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Andrey Garkaviy, Sound House Pro

Jo Ruddock 20 April 2012
Andrey Garkaviy, Sound House Pro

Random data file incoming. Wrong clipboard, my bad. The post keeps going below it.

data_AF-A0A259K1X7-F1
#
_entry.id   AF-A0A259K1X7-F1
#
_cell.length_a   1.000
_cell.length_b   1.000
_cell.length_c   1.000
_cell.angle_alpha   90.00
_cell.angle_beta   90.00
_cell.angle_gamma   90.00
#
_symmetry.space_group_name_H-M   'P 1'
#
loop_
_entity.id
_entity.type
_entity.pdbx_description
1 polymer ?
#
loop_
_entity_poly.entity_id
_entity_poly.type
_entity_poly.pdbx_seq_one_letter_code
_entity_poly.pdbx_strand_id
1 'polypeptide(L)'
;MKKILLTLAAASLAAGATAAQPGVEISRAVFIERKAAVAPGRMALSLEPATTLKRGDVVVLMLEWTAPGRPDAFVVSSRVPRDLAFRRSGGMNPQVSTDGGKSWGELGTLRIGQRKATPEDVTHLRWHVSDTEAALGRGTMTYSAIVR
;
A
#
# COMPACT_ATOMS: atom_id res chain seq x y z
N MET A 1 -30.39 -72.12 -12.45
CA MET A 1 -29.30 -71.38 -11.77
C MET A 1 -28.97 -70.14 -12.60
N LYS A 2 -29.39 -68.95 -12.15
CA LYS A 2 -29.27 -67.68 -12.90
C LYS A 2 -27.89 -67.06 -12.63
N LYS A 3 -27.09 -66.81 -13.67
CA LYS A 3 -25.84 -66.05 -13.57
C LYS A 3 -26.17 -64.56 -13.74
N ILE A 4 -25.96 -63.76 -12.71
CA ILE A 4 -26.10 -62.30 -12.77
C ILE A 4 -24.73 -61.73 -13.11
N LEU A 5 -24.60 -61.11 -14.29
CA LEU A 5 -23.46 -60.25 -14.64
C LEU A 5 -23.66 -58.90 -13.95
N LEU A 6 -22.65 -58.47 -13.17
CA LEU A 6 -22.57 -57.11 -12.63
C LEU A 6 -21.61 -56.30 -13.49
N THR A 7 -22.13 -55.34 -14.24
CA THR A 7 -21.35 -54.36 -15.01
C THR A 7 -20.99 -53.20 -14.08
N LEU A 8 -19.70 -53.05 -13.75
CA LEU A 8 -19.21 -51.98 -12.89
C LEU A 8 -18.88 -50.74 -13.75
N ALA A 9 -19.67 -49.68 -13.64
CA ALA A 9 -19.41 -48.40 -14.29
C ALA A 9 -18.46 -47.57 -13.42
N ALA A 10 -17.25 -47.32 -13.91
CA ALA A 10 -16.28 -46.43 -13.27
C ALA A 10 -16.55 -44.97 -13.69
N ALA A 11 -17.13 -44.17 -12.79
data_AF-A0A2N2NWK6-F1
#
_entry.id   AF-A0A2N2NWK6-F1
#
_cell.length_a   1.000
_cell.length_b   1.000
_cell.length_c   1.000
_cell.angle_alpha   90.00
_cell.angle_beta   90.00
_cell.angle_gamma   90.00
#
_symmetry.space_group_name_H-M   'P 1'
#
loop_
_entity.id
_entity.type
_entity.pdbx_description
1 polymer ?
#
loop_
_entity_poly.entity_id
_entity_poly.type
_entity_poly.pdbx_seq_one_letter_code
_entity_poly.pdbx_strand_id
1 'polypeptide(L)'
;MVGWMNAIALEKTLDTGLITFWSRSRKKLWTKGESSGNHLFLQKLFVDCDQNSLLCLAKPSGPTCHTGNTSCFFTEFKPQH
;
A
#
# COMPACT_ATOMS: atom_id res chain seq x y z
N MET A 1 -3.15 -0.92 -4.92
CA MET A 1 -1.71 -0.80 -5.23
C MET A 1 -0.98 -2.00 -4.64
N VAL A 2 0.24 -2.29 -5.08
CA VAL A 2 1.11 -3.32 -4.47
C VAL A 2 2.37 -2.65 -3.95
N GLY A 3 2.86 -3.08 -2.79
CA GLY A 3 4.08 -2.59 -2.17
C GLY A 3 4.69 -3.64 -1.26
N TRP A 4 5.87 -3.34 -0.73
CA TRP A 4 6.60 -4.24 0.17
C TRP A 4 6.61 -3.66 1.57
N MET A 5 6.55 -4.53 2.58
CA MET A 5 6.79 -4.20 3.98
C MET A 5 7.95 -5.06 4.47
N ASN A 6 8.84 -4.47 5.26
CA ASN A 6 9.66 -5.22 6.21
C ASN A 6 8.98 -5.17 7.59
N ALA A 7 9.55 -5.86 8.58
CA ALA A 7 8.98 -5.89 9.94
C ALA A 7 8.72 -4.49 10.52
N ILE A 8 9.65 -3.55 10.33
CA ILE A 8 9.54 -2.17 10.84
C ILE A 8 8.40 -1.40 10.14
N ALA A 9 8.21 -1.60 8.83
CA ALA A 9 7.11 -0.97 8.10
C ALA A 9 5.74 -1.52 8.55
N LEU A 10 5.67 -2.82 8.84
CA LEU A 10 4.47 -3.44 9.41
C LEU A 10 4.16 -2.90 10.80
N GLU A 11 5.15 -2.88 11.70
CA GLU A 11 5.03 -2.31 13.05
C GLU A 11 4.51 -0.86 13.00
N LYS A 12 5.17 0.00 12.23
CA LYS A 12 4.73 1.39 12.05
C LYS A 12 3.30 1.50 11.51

How did you start working in the audio business?I graduated in 1994 and started work in the audio business – so it’s been eighteen years. I worked in a rental company, then afterwards as a sales manager in a distribution company, – I worked with Sennheiser equipment, Cordial Cable, DAS Audio – but all the time I liked the sound from Dynacord equipment. In 2001, I started up my own company, Sound House Pro, and from 2005, we started work with EVI Audio. We had many conversations about Dynacord products, and at that time the situation with Electro-Voice in Ukraine wasn’t good: they had been with another distributor for ten years. It can be a problem when a big brand changes distributor, but they did it: we received a proposal from them and started working. What was it made you think, in 2001, that it was the right time to start your company?It’s a good question – there are many answers. At the time, the company I was working for had only one good brand, and there looked to be no possibility that the range could be expanded. Also, it’s hard for me to sit in a chair and do the same thing every day – the routine was killing me. It wasn’t a question of money, because at that time, business was very depressed everywhere. When I set up the company, I had a young family, so it was a difficult decision.  But I saw the chance to work with Electro-Voice – and it turned out to be good for them as well as for us. Aside from the stadiums that we’ve seen on this trip, do you have a favourite project that you have been involved in?There is one good project – a church in Kiev, which is one of the biggest evangelical churches in Ukraine. First of all it was a very interesting project because we competed in the tender with four companies with good, major brands. Most interesting was that all of these brands were offering line arrays. But SoundHouse Pro offered an alternative: a line array combined with four delay lines, because of the acoustic properties of the hall. It was like a big concert hall with a big balcony and big under-balcony space, and from our acoustic calculations we had decided that without the delay lines it would be impossible to get good sound coverage for every seat. But the customer was worried because our system was the most expensive, and everyone else was saying that line arrays on their own would be OK. Furthermore, we also offered a single-screen control solution. So they insisted on a demonstration, and the demo made the sale. It confirmed all our calculations, and turned the tender process in favour of SoundHouse Pro. So the customer was absolutely satisfied with the solution, and we have a contract for another installation from them.It’s very interesting for us that we participated in the tender and came up with an idea that wasn’t presented by any of the other companies, and convinced the customer that the idea is the very best they can have. It can be quite a challenge – unfortunately this doesn’t happen every time. Have you done everything you want to do with the company?The major business is still distribution rather than installation. We have enough experience and we have service experience to our partners in other cities. Distribution is really important to us, so we will develop in this direction. Projects are also important, but we want to focus on consulting – looking at project locations and advising on how to make good solutions. By teaching dealers about this, they can offer a better, more expensive solutions for each project, and will be able to convince the customer that their solution is right. There are so many competitor brands from Asia – to be able to sell high-end products we should teach the dealers first and then the customers; give them the idea of very good sound so that they want to have it in their projects. We sell very good brands for sound, cabling and trussing, but we don’t have a major lighting brand that would be a good reference. In Ukraine, most of the famous brands are taken by other companies that may not develop them the way they should be developed. If anyone reading this wants to contact us, they are welcome! Suppliers are used to working with partners in particular countries and often don’t want to change, because they don’t know other companies in the country.Unfortunately the current situation in the Ukraine is that many companies take two or three major brands, and they develop one brand and leave the others undeveloped – they kill it in our country. It’s the same situation with many lighting brands in the Ukraine: there’s one brand that is handled by a rental company, it’s unbelievable – the company doesn’t work in the distribution market, it doesn’t have a sales department or a dealer network for these products! Apart from lighting, are you looking to grow your distribution portfolio in other areas?We are moving step by step – beyond lighting, we’re not looking to extend our brands. All the brands we carry are good quality and a good price – it’s enough for now. Some time ago we also worked in the MI market, but I understand that our business is pro lighting and sound. I don’t have time to do more than that.It’s important to give good support to our dealers – in Ukraine we have nearly 60 dealers. It’s a big chain, and it’s not possible for us to have face-to-face conversations every day with companies in Lviv, for example, because we are in Dnipropetrovsk – 1000 km away! Andrey Garkaviy was talking to Paddy Baker. There will be a report on the stadium installations in the May issue of Installation Europe. 

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